Ruit was born on September 4, 1954, to rural, illiterate parents in the remote mountainous village Olangchunggola in the border with Tibet in Taplejung district of northeast Nepal. His village was a tiny cluster of 200 people, located 11,000 feet above the sea level, on the lap of the world’s third-highest peak Mt. Kanchenjunga. It is one of the remotest regions of Nepal with no electricity, no school, no health facility, or modern means of communication, and lies blanketed under snow for six to nine months a year. Ruit’s family made a subsistence living from small agriculture, petty trading and livestock farming.
Ruit was the second of his parents’ four children. But he lost his three siblings – elder brother to diarrhea at age three and younger sister Chundak to fever at age eight. In many interviews, Ruit has mentioned that for him, the most painful was his younger sister Yangla’s death. Yangla was his childhood companion, and he was to develop a special bond with her over the years. But she tragically died at a young age of 15 due to tuberculosis as the family was too poor to afford the best treatment available which could have saved her life. In many interviews, Ruit has said that this loss made a strong mark on him and instilled in him a resolve to become a doctor and work for the poor who would not otherwise have access to healthcare.
The nearest school from his village was eleven days’ walk away in Darjeeling. His father, a small-time businessman, placed a priority on providing education to his children, and sent Ruit to St Robert’s School in Darjeeling, and provided financial support for his early medical career. In 1969, Ruit graduated from Siddhartha Vanasthali School in Kathmandu, Nepal, and later was further educated in India. He studied MBBS from King George’s Medical College, Lucknow from 1972 to 1976, further studies from 1981 at the All India Institute of Medical Sciences, Delhi. He also studied in the Netherlands, Australia, and the United States, and was mentored by ophthalmologist Professor Fred Hollows.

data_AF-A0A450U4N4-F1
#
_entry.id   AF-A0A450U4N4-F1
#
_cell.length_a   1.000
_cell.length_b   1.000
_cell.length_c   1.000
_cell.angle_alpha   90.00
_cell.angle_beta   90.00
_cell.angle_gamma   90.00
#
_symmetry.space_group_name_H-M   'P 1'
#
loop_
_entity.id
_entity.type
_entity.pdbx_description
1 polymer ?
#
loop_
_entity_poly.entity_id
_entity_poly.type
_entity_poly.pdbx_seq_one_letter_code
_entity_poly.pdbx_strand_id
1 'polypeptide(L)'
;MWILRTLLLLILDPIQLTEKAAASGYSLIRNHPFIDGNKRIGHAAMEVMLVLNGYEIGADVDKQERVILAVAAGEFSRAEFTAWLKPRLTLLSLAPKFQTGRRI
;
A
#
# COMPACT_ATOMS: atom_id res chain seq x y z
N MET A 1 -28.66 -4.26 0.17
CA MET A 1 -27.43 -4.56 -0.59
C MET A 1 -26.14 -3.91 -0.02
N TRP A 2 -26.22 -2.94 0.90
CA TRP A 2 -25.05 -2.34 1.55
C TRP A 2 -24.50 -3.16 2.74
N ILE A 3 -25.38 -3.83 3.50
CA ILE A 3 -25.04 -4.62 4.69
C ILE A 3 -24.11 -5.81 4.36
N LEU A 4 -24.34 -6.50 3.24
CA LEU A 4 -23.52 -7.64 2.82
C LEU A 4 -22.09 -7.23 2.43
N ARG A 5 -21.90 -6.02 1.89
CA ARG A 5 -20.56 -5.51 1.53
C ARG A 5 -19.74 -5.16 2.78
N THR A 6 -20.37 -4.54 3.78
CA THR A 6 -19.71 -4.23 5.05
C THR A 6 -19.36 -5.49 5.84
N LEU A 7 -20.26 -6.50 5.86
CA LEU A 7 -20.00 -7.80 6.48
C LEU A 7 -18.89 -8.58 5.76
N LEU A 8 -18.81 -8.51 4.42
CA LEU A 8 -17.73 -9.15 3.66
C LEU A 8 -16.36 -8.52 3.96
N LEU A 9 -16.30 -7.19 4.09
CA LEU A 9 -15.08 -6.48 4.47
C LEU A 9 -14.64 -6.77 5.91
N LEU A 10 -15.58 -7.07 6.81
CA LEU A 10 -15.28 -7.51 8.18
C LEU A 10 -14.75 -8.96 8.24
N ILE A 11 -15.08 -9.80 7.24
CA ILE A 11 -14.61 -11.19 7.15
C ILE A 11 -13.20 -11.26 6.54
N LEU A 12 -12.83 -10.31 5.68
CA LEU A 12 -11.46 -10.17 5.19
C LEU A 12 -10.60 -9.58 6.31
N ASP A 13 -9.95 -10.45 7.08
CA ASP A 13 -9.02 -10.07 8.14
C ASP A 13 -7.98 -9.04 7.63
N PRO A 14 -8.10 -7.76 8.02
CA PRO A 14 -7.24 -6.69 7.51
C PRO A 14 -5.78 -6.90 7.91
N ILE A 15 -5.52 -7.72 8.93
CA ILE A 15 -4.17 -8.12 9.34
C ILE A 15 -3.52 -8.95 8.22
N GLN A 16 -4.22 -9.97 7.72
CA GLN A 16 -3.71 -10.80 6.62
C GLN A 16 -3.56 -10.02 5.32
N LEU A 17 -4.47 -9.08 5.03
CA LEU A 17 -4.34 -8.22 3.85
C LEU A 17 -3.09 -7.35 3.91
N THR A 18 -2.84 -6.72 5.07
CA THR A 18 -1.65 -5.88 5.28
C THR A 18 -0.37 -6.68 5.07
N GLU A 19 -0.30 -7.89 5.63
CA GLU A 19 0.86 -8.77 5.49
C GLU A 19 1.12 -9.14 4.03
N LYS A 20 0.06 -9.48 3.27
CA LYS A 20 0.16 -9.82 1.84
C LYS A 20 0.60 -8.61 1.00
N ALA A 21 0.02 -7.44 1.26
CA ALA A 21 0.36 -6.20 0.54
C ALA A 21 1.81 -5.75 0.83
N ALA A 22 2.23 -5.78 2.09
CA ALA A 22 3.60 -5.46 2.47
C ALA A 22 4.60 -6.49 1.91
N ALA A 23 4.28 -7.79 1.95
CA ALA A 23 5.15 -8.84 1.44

Working in Australia in 1986, Ruit and Fred Hollows developed a strategy for using inexpensive intraocular lenses to bring small-incision cataract surgery to the developing world. However, the lenses remained too expensive for many cataract patients. In 1995 Ruit developed a new intraocular lens that could be produced far more cheaply and which, as of 2010, is used in over 60 countries. Ruit’s method is now taught in U.S. medical schools. Despite being far cheaper, Ruit’s method has the same success rate as western techniques: 98% at six months.
In 1994, Ruit and The Fred Hollows Foundation founded the Tilganga Eye Center, now called the Tilganga Institute of Ophthalmology, in Kathmandu. Tilganga has performed over 90,000 operations and trained over 500 medical personnel from around the world, and produces Ruit’s intraocular lenses at a cost of less than US$5 each. It also produces prosthetic eyes for US$3, compared to imports that cost $150. For those unable to reach the Center, or who live in otherwise isolated rural areas, Ruit and his team set up mobile eye camps, often using tents, classrooms, and even animal stables as makeshift operating rooms.
After treating a North Korean diplomat in Kathmandu, Ruit persuaded North Korean authorities to let him visit in 2006. There he conducted surgery on 1000 patients and trained many local surgeons. However, many of the citizens attributed the restoration of their sight to the current supreme leader of North Korea at the time, Kim Jong-il.
Ruit credits his wife, an ophthalmic nurse he married in 1987, as being a pillar of strength to him in his difficult days while pursuing Tilganga.
Awards and Accolades
Vision Excellence Awards: On behalf of the Himalayan Cataract Project, we have the honor of nominating Dr. Sanduk Ruit for the IAPB Vision Excellence Award.
Ramon Magsaysay Award
Sanduk Ruit was awarded with Ramon Magsaysay Award, Peace and International Understanding, Nepal, 2006.
Padma Shri Award
Dr.Sanduk Ruit was awarded by Padma Shri Award by India Government.